Why I’m not looking forward to spring for the first time ever

I think it was late March in 1973 when we moved to Maine.  Maine’s a beautiful state year-round, but if she has any unattractive moments, they occur during that late winter/early spring period. Sort of like a great beauty waking from a night of too much fun and too little sleep.

By late April, she starts getting her glow back.

We were city people suddenly living in the middle of the woods, and I’ll never forget my first perfect spring morning. Waking up to mere remnants of snow melting into grass greening in the gloriously warm sunshine. I was five and remember racing out the front porch door, arms outstretched in that spazzy, little kid way, feeling like I could fly.

I continued my attempt at airborne-ness as I round the corner of the front porch, mouth wide open, gulping the sweet air. Next thing I know there were all these little things in my mouth, flying around, sticking to my cheeks and tongue and turning mushy. Some hit the back of my throat and made me cough.

I had no idea what those little black things were coming out with my spit.

I swear to God, I probably still have some amount of decomposed black fly matter in the bottom of my lungs from that day. If I had been in a competition to try to get as many black flies in my mouth as I could, I couldn’t have gotten that many in there. I can still feel them buzzing and dying in my mouth whenever I tell the story.

Despite this shocking introduction to spring in Maine, it and fall are my favorite seasons, and I look forward to both every year. Except this year.

Fall 2016 marked my last back-to-school days as a mom. My oldest is a wonderful adult, out on his own; and my youngest is a senior in high school. A small part of me wanted summer to last forever so he’d never have to follow in his brother’s footsteps and finish growing up.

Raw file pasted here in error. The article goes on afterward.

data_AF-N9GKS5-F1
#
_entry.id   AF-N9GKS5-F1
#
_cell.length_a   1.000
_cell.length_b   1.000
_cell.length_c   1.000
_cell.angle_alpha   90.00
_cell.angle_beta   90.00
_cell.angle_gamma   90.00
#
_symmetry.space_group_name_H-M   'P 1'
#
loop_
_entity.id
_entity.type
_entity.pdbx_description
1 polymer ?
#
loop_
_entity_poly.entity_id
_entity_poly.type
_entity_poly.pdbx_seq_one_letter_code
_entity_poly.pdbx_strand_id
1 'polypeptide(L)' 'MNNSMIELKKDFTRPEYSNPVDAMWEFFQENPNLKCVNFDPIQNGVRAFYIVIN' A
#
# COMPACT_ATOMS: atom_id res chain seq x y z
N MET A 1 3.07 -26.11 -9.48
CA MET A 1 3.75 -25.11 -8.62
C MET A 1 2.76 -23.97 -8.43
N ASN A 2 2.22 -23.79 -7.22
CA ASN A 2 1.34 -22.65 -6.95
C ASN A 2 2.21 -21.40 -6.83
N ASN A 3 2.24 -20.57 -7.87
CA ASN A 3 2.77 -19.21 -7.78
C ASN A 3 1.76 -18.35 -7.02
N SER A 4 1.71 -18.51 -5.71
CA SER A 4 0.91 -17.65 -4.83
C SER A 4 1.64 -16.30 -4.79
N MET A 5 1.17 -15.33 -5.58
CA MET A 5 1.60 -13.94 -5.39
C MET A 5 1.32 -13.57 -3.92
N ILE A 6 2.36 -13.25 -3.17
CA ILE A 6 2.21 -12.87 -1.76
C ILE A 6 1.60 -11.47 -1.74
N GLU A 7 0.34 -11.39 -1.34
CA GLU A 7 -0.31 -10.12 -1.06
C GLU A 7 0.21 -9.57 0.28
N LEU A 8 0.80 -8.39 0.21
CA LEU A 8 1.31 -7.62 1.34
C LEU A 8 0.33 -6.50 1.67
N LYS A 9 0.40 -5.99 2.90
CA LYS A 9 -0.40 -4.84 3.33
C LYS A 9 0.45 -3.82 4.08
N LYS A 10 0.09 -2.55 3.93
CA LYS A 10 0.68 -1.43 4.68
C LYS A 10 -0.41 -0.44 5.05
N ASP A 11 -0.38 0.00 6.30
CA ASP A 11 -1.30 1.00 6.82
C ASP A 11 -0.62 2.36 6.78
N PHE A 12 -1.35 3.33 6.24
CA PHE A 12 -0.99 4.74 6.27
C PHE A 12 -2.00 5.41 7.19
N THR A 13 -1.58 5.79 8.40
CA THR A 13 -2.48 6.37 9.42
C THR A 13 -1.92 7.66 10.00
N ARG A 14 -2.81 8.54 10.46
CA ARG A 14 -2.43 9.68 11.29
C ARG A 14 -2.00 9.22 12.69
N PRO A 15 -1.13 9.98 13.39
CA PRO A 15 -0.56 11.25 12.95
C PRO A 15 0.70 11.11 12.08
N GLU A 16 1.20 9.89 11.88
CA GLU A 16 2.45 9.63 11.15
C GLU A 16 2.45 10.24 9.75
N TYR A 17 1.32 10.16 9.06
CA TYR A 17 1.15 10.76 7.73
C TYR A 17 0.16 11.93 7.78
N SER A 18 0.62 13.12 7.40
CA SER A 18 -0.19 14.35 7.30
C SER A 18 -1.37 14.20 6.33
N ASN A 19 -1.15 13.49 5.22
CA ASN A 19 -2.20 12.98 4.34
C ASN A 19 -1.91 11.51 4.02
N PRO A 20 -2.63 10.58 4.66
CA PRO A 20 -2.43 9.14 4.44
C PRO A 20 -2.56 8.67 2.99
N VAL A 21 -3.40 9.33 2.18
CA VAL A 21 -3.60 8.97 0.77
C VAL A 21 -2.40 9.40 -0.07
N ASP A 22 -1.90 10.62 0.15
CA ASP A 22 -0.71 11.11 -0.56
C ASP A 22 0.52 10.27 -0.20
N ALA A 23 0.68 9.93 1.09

I know it sounds silly.

Now I find myself wanting winter (my least favorite season) to last forever, too. I’ve treasured each snow day, and I’ve resented only becoming acquainted with snowdaycalculator.com in the last two years of parenting K-12 aged children. A tool that fairly accurately calculates the probability of snow days and early release days is a working mom’s dream.

Where was that site for the first 19 years of this nearly impossible, but best-ever gig? And what the heck is wrong with me that after 21 years of griping about trying to work parent/teacher conferences into my schedule, I got teary last week leaving my final one?

As I type this post, I am asking myself if I have a point beyond getting overly emotional and nostalgic. I’m up to over 480 words now, and I have yet to introduce one. This apparently pointless post actually started composing itself in my head last week when I went to my son’s conferences.

It popped up in my head again when I wrote my most recent post and mentioned the gospel according to Petty. Readers may have thought I was kidding when I said I raised my kids to recite Tom Petty lyrics and other forms modern counsel when seeking guidance on day to day things.

By the time my youngest was 18 months old, if you asked him what was the hardest part, he’d stomp his foot and growl, “the waiting.” He knew that was momma code politely commanding him to get a grip on his behavior while we were waiting for whatever we were waiting for.

And that’s what my pre-spring malaise is all about:  trying to get a grip while I’m waiting. Waiting for tremendous change that I know will be fine. It’s sort of like the waiting when you’re pregnant and it seems to last forever and the forever is filled with excitements and anxieties on top of anxieties.

Waiting for tremendous change that may come with its own mouthful of black flies at first, but change I’ll treasure nonetheless.

I didn’t want to double-dip with The Waiting, so here’s another Petty tune — again, the words and music of a master.

Patricia Callahan

About Patricia Callahan

Trish is a writer who lives in Augusta. She has worked professionally in education and social services.